You might be forgiven for thinking that I do not, infact have an allotment. It’s just that life, sometimes, has a very annoying habit of getting in the way and my poor patch has suffered huge neglect. I shall rectify this in the coming weeks and thought you might enjoy reading an article that was first published last autumn in the lovely Garden Heaven.
Food for the soul
As a busy caterer I spend most of my time up to my eyes in ‘OPF’ (other people’s food). So much so, sometimes I feel that I have reached saturation point and can’t take it anymore. When I would come home from work after a long day and was hungry, If it didn’t fit between two slices of bread I really couldn’t be bothered eating. But when it comes to that end of the summer, where everywhere you look in the garden there is abundance, well nearly everywhere, it’s a different kind of saturation. This is payback time. It’s not just vegetables; my herbaceous perennials are in full bloom for the second time this year, after giving them the Chelsea chop back in early June. This form of pruning is ideal for Echinacea, Helenium Phlox. Sedums and Solidago they tend to come back not so leggy, therefore need less staking. The flowers tend to be smaller there are but more of them, which can’t be bad.
Our allotment is almost at bursting point, with all of my carefully laid out ideas that were planned in the chill dark days of last January. Sitting at my laptop doing what most girls do best, shopping. Seed catalogues totally float my boat. And more often than not, I do have to exercise some self-restraint. Unfortunately that particular trait doesn’t come naturally to me as I’m always on the lookout for something unusual or a little bit different. I came across seeds for purple flowering brussel sprouts from Sutton seeds ‘Flower Sprout’ petit posy. These are growing spectacularly well, they should be ready for picking by November but I will need to stake them up to protect them from the autumn storms.
We have no idea what kind of strawberries we have, we dug them up from our old neighbours plot. He hadn’t been there for weeks last year and everything looked abandoned and forlorn. It was really sad to watch nature reclaim back the land, as she always does when our backs are turned. I didn’t know the protocol so I rang Angela, the lady who owns and manages the allotments. She explained, he just never came back. His gardening style was old school; every furrow was straight and weed free. We were envious of his seemingly obvious, endless knowledge and skill, so we asked if we could re home his ravishing strawberries and I’m glad to say they settled in very nicely indeed. Soon all they will be good for is jam, a little taste of late summer to enjoy over the coming months.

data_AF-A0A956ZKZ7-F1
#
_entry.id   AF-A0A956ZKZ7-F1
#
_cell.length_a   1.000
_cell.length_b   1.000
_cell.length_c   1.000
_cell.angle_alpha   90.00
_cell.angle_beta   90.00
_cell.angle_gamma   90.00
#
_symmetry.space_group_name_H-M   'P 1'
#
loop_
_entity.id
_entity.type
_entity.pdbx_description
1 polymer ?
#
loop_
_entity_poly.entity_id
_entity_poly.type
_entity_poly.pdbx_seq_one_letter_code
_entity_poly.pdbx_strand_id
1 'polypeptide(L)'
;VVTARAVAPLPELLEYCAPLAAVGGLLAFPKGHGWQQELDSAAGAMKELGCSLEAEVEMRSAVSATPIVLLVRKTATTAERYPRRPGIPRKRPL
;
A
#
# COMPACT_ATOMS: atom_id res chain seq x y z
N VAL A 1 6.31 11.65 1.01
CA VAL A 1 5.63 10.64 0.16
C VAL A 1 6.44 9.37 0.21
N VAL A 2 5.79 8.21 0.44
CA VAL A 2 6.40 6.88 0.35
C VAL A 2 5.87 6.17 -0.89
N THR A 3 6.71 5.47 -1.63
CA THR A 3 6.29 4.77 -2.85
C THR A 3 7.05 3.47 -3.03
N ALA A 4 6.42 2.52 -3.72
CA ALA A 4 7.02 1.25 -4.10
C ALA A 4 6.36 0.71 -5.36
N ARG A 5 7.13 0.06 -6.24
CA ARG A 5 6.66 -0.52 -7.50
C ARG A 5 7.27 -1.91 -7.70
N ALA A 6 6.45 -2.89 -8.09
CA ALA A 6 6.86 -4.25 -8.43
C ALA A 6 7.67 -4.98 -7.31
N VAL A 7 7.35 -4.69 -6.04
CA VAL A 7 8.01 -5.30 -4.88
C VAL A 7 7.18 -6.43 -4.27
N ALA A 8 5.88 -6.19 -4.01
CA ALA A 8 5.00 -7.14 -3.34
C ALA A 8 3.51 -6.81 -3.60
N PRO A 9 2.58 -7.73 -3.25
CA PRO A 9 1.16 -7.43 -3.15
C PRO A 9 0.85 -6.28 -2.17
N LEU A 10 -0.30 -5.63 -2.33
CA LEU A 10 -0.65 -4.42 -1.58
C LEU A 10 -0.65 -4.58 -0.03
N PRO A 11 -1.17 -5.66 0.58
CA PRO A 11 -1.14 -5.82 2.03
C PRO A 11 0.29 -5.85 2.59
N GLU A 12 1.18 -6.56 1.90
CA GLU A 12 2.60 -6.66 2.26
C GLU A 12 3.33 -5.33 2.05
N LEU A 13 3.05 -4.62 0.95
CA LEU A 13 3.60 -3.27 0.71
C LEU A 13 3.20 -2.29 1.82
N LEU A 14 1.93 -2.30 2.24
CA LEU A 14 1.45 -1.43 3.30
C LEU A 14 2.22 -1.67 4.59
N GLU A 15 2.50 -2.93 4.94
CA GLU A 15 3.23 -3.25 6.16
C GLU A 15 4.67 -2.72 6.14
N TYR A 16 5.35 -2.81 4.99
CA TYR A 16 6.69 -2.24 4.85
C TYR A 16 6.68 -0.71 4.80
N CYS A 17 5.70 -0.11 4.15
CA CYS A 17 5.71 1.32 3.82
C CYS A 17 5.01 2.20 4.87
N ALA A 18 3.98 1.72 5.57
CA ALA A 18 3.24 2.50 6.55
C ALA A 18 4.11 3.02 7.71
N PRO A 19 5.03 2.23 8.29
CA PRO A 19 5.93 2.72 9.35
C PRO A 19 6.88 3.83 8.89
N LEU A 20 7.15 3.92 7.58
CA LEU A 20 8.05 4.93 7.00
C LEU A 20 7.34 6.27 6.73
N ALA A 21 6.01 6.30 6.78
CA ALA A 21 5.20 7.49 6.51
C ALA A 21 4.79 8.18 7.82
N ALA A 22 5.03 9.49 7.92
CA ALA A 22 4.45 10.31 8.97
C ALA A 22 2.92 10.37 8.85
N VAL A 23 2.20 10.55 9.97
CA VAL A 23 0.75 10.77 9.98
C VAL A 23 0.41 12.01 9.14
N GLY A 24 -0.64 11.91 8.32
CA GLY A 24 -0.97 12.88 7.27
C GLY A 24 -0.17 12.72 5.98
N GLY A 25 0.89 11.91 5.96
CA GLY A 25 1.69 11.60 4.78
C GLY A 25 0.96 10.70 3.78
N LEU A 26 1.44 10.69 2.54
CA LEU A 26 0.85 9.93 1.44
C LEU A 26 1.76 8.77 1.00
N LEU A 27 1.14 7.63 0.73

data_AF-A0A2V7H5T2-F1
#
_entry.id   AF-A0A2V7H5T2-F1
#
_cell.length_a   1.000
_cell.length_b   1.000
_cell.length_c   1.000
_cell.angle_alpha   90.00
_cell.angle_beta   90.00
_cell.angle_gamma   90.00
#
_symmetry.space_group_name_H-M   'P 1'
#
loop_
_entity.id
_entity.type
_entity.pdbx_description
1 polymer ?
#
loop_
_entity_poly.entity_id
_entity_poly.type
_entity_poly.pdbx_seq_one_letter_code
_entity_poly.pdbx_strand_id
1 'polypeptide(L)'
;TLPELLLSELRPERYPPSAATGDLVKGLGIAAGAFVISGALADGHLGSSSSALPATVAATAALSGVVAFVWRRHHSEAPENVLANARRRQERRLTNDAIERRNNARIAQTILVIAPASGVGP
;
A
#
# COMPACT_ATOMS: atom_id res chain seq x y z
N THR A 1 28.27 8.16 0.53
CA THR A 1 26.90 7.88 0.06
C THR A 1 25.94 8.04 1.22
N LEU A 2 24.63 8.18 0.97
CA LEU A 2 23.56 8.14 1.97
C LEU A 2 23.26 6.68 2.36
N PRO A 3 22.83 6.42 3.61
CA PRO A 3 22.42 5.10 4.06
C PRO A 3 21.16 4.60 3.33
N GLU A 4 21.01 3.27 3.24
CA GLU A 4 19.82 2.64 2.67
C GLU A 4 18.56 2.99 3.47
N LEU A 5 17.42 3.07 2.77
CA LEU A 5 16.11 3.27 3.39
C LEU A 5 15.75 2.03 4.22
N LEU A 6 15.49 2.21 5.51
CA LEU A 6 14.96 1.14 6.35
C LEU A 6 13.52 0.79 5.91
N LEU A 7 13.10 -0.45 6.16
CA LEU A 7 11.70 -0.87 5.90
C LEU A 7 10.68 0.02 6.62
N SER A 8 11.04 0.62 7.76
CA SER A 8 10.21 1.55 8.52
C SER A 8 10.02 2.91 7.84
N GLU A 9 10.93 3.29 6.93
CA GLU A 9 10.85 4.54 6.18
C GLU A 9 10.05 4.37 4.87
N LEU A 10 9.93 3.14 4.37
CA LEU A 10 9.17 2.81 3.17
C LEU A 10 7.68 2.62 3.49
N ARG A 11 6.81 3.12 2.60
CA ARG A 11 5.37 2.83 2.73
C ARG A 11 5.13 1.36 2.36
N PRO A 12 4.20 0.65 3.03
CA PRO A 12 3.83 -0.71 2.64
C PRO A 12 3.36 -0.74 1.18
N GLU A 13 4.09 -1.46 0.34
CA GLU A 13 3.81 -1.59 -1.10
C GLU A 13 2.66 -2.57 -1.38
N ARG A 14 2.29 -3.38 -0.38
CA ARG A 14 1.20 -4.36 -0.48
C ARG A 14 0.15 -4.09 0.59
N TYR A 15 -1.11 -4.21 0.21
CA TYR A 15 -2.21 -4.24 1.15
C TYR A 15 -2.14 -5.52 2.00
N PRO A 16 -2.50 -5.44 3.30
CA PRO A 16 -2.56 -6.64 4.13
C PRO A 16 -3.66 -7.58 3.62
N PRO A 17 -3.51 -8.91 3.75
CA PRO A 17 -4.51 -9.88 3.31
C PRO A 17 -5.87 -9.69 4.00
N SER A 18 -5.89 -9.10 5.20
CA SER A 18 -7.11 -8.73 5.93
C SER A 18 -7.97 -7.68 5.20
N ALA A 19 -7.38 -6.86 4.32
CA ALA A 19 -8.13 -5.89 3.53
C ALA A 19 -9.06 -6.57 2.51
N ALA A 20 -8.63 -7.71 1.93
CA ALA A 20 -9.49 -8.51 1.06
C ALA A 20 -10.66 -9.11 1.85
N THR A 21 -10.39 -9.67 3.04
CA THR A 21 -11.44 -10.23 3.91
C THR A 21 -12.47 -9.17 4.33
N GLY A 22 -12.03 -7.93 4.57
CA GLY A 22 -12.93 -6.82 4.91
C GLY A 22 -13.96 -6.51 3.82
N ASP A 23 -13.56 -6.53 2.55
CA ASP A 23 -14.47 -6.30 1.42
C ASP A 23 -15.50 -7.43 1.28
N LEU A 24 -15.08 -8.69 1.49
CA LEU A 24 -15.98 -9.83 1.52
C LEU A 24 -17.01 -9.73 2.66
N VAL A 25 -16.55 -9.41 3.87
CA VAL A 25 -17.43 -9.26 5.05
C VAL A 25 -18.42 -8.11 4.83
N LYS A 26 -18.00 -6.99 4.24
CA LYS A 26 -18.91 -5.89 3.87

This year I have great plans to put what’s left of my cabbages, carrots and scallions and turn them into Kimchi, the national dish of Korea. Apparently it’s been cited by Health Magazine as one of the world’s five healthiest foods. From my research I have learnt that you can be seasonally flexible with your choice of vegetables, but rigid in the use of Korean Red pepper flakes (Gochugaru) Which I found in M&S! Happy days.
Now I don’t want to get all “Hessian Knickers” about this, but you do need to take time and space to take full advantage of your autumn bounty. Collect and sterilize your jars for jams, jellies, curds and pickles. Tray freeze soft fruits and berries and you can bag them up, label and deal with them when you have time. Cut your herbs back, tie in bunches and allow to dry upside down. Make use of edible flowers in ice cube trays, or better still, if you have space in the freezer, make an ice bowl. Set aside an afternoon, stick on the radio. Peel, slice, chop, grate, blanch, boil, pot up and label. You will feel like you’ve just feathered your nest for the cold winter months ahead and your family will love you all the more from it. Truly, food for the soul.
Photographs taken by the hugely talented Joanne Murphy and styled by Jo and myself.